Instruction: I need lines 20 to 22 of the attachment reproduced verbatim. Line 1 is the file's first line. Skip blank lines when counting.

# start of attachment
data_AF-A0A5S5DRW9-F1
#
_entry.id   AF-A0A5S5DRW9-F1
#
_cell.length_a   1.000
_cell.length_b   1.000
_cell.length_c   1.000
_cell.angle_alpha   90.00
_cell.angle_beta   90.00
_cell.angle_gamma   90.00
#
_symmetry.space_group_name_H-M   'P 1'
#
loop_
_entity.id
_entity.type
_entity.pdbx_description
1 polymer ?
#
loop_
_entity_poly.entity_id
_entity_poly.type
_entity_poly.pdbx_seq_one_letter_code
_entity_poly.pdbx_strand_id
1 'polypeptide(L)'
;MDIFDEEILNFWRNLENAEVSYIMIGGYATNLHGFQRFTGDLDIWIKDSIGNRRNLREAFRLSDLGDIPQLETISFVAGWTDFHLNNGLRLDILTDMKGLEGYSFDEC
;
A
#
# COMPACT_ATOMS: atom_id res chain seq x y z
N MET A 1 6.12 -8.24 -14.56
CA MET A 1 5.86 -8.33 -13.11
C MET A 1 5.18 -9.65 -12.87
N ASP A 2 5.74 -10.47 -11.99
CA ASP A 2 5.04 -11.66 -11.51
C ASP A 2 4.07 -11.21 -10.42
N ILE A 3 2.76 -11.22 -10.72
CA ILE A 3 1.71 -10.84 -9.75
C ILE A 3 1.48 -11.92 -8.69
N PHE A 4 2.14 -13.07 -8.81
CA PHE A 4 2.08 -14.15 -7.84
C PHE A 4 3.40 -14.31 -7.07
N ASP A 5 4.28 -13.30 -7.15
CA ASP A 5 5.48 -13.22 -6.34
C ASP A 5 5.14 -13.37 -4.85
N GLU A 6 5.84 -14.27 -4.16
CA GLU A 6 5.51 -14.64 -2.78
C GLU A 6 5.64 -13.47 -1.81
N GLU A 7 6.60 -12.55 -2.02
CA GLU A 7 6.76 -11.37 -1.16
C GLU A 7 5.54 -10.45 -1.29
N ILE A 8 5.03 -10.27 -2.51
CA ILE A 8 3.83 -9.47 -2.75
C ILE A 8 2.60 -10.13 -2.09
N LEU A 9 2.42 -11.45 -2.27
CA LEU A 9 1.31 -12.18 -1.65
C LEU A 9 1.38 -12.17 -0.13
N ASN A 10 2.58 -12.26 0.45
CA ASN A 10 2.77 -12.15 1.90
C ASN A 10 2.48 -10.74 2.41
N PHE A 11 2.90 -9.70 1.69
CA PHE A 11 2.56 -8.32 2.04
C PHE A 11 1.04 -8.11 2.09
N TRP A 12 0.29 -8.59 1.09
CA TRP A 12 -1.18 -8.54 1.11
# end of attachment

loop_
_entity_poly.entity_id
_entity_poly.type